James R. Jr. Norris Robert A. Millikan Distinguished Service Professor

Born Anderson, South Carolina, 1941.
University of North Carolina, B.S., 1963.
Washington University, Ph.D., 1968.
Argonne National Laboratory, 1969-95.
The University of Chicago, Professor, 1986-.

Accolades

Fellow, American Academy of Arts and Sciences.
1994 Zavoisky Award, Russian Academy of Science.
1992 Alexander von Humboldt Research Award for Senior US Scientists.
1992 Rumford Premium, American Academy of Arts and Sciences.
1990-1991 Fellowship, The Institute for Advanced Studies, The Hebrew University of Jerusalem.
1990 Ernest Orlando Lawrence Memorial Award.
1988 R&D 100 Award.
1986 Argonne National Laboratory Director's Annual Award.
1986 Argonne Pacesetter Award.
1977 University of Chicago Award for Distinguished Performance.

OFFICE: 929 E. 57th St., GCIS E 139C, Chicago, IL 60637

PHONE: (773)702-7864

FAX: (773)702-0805

E-MAIL: jrnorris@uchicago.edu

WEB: http://norrisgroup.uchicago.edu/

RESEARCH INTERESTS:

The research of the group involves studies of natural and artificial photosynthesis. The goal of the research is a more complete understanding of the beginning of the process of natural photosynthesis such that artificial photosynthesis can be a reality. The mechanism and structural requirements of photosynthesis are explored via a series of photosynthetic proteins altered by sitedirected mutagenesis and by model compounds. The work involves the following areas:


(1) Time domain x-ray diffraction.
Single crystals of the reaction-center protein from Blastochloris viridis were analyzed by monochromatic and Laue diffraction, in the dark and 3 ms after illuminating the crystal with a pulsed laser. Refinement shows that ubiquinone binds only in the "proximal" QB binding site and that no significant quinone motion occurs during initial electron flow.


(2) Charge migration in photosynthetic arrays.
Upon chemical oxidation, light harvesting complex 1 (LH1) of photosynthetic bacteria behave like molecular wires. Experimentally, charge migration within an oxidized LH1 array is monitored by following the temperature dependent changes of the electron paramagnetic resonance (EPR) line shape of oxidized bacteriochlorophyll free radicals contained in the LH1 complex. At temperatures below 10 K charge transport is very slow while at higher temperatures, rapid charge migration occurs, resulting in large changes in the EPR line shape. The temperature dependence of the EPR spectra could be described only by taking into account the glass like behavior of the protein medium, consistent with the view that the protein behaves as a frozen glass "solvent" for charge migration, even at room temperature. The glassÐlike nature of proteins shows that considerable heterogeneity exists for electron transfer in LH1, a novel molecular wire. Future experiments in our lab are intended to provide a better understanding of heterogeneity and thus aid the development of solvated Ómolecular wiresÒ that function in the solid state.


(3) Photoinduced charge separation explored by chemically induced dynamic electron polarization (CIDEP).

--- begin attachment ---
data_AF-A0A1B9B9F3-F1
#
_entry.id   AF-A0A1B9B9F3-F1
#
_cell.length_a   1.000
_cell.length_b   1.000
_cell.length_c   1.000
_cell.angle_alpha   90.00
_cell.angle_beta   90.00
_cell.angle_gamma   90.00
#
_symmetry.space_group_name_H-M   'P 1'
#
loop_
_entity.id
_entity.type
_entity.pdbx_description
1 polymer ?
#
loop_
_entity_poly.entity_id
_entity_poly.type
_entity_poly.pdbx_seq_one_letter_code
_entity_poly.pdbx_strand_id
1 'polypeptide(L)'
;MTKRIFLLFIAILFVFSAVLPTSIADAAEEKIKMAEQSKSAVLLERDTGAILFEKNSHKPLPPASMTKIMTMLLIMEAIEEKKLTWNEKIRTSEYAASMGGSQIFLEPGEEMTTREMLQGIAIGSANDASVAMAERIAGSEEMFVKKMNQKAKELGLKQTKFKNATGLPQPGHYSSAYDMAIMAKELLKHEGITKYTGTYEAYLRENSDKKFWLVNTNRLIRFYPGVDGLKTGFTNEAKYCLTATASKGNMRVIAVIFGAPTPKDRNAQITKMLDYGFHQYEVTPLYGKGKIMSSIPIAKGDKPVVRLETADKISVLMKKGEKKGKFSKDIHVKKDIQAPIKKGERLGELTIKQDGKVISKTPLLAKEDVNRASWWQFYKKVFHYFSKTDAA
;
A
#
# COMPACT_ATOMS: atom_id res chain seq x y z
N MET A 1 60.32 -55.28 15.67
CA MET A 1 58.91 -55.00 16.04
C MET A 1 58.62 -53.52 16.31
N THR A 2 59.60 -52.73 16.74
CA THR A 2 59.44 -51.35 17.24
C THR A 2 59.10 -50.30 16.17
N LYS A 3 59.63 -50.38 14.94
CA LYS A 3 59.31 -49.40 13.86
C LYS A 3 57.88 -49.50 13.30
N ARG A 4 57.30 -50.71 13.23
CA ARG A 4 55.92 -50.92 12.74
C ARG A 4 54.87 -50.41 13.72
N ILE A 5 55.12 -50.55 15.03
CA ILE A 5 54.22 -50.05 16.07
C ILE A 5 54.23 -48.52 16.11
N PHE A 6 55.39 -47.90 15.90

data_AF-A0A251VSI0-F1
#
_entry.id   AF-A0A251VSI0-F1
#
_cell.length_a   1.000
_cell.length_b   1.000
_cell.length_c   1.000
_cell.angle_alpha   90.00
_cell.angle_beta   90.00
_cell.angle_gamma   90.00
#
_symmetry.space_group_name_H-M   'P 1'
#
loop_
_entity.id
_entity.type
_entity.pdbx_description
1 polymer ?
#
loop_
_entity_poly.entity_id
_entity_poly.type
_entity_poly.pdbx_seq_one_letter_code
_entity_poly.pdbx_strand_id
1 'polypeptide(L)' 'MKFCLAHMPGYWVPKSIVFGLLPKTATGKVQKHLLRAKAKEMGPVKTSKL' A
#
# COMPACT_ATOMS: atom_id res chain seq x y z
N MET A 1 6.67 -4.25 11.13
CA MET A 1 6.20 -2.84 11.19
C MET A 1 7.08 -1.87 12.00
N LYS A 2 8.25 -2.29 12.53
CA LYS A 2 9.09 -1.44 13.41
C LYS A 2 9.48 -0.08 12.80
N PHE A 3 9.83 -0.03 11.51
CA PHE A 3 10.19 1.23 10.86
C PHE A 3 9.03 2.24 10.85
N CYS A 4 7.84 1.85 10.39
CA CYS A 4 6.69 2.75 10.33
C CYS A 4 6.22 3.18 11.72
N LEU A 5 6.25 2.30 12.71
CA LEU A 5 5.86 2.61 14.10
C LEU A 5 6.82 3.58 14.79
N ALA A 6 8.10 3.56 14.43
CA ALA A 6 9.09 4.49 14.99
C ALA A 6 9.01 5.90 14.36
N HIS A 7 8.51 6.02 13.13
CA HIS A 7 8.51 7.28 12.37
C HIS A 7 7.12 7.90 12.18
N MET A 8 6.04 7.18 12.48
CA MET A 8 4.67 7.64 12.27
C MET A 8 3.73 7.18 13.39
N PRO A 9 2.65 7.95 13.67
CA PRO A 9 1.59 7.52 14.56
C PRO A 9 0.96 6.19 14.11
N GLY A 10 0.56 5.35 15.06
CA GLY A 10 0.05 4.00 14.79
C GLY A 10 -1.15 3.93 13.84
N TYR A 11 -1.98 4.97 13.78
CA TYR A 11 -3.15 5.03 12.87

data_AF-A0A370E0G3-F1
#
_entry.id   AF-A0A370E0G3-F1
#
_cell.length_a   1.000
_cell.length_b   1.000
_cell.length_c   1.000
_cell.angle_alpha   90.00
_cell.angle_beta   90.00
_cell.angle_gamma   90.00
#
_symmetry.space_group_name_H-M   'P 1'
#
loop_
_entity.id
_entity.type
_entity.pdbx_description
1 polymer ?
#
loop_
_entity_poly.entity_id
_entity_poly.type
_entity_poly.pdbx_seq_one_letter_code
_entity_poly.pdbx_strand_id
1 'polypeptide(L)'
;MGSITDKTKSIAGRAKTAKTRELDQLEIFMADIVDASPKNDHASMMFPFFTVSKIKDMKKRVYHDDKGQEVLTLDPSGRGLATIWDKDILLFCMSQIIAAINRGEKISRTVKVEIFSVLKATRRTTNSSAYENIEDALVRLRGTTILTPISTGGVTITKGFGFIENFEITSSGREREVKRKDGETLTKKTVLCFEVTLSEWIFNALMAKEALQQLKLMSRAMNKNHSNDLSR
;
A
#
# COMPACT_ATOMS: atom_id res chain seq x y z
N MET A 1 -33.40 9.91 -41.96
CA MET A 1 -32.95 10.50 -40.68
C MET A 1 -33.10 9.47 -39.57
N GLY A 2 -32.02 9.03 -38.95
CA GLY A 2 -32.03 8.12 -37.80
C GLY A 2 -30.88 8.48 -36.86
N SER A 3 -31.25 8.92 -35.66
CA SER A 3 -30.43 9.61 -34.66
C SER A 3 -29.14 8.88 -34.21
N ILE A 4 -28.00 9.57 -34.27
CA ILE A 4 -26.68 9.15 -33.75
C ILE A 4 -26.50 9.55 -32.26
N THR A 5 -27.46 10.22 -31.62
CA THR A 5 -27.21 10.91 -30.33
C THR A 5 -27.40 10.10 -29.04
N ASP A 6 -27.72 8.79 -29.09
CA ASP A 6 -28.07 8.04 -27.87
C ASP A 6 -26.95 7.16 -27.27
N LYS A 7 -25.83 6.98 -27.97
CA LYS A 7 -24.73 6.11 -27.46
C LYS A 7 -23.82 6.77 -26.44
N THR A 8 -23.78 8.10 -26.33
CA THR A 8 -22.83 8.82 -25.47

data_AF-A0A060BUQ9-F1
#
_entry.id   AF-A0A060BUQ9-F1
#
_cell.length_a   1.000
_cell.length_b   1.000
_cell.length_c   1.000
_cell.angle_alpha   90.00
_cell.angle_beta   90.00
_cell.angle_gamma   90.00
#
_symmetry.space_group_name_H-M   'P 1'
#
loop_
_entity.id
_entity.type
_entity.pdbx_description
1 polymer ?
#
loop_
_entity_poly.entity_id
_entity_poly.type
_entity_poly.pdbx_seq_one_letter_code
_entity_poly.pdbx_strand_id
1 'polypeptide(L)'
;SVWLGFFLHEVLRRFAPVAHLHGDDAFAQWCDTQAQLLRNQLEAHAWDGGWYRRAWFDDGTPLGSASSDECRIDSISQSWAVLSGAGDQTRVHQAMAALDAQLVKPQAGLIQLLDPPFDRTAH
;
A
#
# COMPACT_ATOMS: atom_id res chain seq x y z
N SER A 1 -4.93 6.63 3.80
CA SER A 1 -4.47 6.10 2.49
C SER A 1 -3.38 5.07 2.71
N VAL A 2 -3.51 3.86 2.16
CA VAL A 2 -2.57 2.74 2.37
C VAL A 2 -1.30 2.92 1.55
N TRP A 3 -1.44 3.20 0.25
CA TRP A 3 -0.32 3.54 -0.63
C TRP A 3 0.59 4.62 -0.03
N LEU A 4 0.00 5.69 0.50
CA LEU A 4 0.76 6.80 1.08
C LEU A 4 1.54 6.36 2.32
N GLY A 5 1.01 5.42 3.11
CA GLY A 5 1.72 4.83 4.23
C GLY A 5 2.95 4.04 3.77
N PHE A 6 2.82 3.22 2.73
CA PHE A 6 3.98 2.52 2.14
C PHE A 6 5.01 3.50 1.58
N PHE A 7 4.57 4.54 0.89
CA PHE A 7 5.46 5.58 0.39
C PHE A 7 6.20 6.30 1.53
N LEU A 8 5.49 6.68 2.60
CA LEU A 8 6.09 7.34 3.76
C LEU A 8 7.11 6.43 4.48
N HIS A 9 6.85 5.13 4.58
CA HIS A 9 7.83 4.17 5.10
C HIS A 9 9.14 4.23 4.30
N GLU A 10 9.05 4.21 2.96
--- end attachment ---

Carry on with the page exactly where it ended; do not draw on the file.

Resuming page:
A novel combination of nanosecond pulsed EPR spectroscopy and CIDEP has been developed to quantify the distance dependence of electron transfer in liquid solventÐseparated radical ion pairs composed of quinone anions and several cation radicals. Using a superexchange mechanism mediated by the intervening solvent molecules, a simple three-dimensional model of the Marcus matrix element that characterizes the rate electron transfer as a function of distance has been developed. This model explains the distance dependence of electron transfer including data previously reported on the charge transfer reactions both in liquid and frozen (77 K) solutions. Currently we are extending the electron transfer parameters of covalently linked triads that perform efficient photoinduced charge separation.


Additional Interests

  •     growth of photosynthetic organisms
  •     biochemical investigation of photosynthesis
  •     the physical chemistry of natural photosynthesis
  •     the spectroscopy of photoinduced electron-transfer reactions, both optical and electron paramagnetic resonance
  •     the growth of integral membrane protein single crystals
  •     x-ray crystallography including protein crystallography
  •     EXAFS spectroscopy of model systems and proteins
  •     linear prediction methods of spectral analysis

 


Clockwise from top left:

  •     X-ray diffraction pattern of the Photosynthetic Reaction Center (Laue Method)
  •     Structure of the Photosynthetic Reaction Center of Rhodopseudomonas viridis
  •     Time-resolved EPR spectrum of benzoquinone in silica nanobubbles
  •     TEM image of silica nanobubbles
  •     Structure of the Photosynthetic Reaction Center of Rhodopseudomonas viridis
  •     TEM image of intact membrane from Rhodopseudomonas viridis


Selected References

Superexchange Electron Tunneling Mediated by Solvent Molecules: Pulsed Electron Paramagnetic Resonance Study on Electronic Coupling in Solvent-Separated Radical Ion Pairs. J. Phys. Chem. B, 108, 10226 (2004).

Time-resolved crystallographic studies of lightinduced structural changes in the photosynthetic reaction center. P.N.A.S., 101(16), 5982 (2004).

Exploring charge migration in light-harvesting complexes using electron paramagnetic resonance line narrowing. J. Phys. Chem. B, 107(9), 2127 (2003).

Characterization of expressed pigmented core light harvesting complex (LH 1) in a reaction center deficient mutant of Blastochloris viridis. Photosynthesis Research, 77(1), 53 (2003).

Contribution of colliding parallel electron spins to electron paramagnetic resonance spectral narrowing. J. Chem. Phys., 118, 5582 (2003).

Exploring complex CIDEP of pbenzosemiquinones with time resolved CW-EPR. Molecular Physics, 100(9), 1323 (2002).